I wish there was a way to occasionally give them a bit of encouragement.  For instance, if you assign 100 problems, something like a “you’re doing great!” message (not graphics or anything, just text, similar to the “Be careful!” message they get when the miss a problem) after the first 50 problems, or a “keep going, you’re almost done!” when they’re getting close to the end.  Just a small thing, but for kids who have tyrant moms like me who want them to do 75-100 problems at a time it might be a great break for the kids, at least visually.

Watch out for:  

System requirements:  As of this review, it is not available for Macs or for Linux operating systems.  For Windows, it runs on Windows 2000, ME, XP, Vista and Windows 7, but it needs 7 Mb of free space.

Be sure to: 

Try the program out with the free trial here.

Final Thoughts 

I really liked this program, and feel the price is extremely reasonable (especially since they offer a refund – including shipping costs - if the product is defective or doesn’t meet your expectations).  Despite the lack of graphics, both girls (8yo and 10yo) used it without complaint, and I noticed improvement in their math skills – which is the whole point!

Thoughts of my crew mates 

To see other reviews of this product, click here. For giveaways, other product reviews and other fun things, follow the 2010-2011 TOS Homeschool Crew blog at:


Disclaimer: As part of the 2010-2011 TOS Homeschool Review Crew, I received the product described in this review at no cost in exchange for my fair, honest and unbiased (and not necessarily positive) review. No other compensation was received.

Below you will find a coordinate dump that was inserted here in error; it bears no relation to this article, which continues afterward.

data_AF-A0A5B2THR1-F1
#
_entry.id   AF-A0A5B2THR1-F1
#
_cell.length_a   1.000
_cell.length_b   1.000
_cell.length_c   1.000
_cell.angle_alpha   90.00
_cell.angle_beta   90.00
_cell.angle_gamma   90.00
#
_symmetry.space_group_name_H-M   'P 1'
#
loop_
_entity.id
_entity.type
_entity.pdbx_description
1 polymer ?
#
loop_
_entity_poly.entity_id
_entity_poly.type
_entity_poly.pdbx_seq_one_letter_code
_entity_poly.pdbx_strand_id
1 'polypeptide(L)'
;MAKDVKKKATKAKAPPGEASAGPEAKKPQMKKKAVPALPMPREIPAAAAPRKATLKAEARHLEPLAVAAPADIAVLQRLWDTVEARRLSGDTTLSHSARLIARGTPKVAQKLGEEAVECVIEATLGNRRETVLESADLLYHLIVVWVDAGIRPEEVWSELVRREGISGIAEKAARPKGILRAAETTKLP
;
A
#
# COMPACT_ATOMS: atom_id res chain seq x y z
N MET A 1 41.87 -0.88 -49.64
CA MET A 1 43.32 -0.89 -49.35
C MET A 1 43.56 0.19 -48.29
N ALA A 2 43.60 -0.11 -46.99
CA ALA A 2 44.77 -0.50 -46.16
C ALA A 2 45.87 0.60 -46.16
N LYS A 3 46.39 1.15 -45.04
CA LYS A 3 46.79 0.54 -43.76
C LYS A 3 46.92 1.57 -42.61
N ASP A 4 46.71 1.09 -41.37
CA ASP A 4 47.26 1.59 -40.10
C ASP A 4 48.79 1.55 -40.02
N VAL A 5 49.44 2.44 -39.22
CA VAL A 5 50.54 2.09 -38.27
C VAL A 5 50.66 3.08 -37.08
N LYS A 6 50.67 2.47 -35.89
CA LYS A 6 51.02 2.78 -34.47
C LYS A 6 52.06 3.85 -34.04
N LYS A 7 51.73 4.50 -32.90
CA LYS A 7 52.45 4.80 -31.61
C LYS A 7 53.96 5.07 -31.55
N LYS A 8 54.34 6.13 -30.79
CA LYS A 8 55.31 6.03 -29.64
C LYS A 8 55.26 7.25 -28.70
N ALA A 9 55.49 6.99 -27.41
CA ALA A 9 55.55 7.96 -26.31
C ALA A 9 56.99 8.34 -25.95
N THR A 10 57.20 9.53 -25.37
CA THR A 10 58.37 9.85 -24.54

Monday, January 3, 2011

Possessing the Land (5th grade Bible Study by Positive Action for Christ (TOS Review)

I have never done a formal Bible study with the girls.  Instead:
  • they have scripture memory work in our homeschool co-op; 
  • they listen to Bible songs that help them remember Bible verses;
  • they attend weekly Sunday School and "big church"; and
  • they attend Awanas.
The girls love God and I can see them growing spiritually, so I haven't really worried about a formal Bible study for them.  I guess God felt differently, because as part of the TOS homeschool review crew I received Possessing the Land (click on the buttons on the left side to see each of the K-12 offerings, and the additional resources which includes the music curriculum), the 5th Grade Bible study curriculum published by Positive Action for Christ.  Positive Action for Christ produces products for grades K-12, and also produces a church curriculum.

Product Details... 

When I opened up the package, I was immediately impressed by the quality of materials that were provided.

The student's workbook retails for $12.95 and consists of 189 consumable, full-color pages with 35 lessons (lessons 17 and 35 are reviews) and includes vocabulary words, puzzles, lyrics to the songs (hymns and choruses) included in the music curriculum (note I did not receive the music curriculum as part of this review), maps, life principles for the students to ponder, and much more.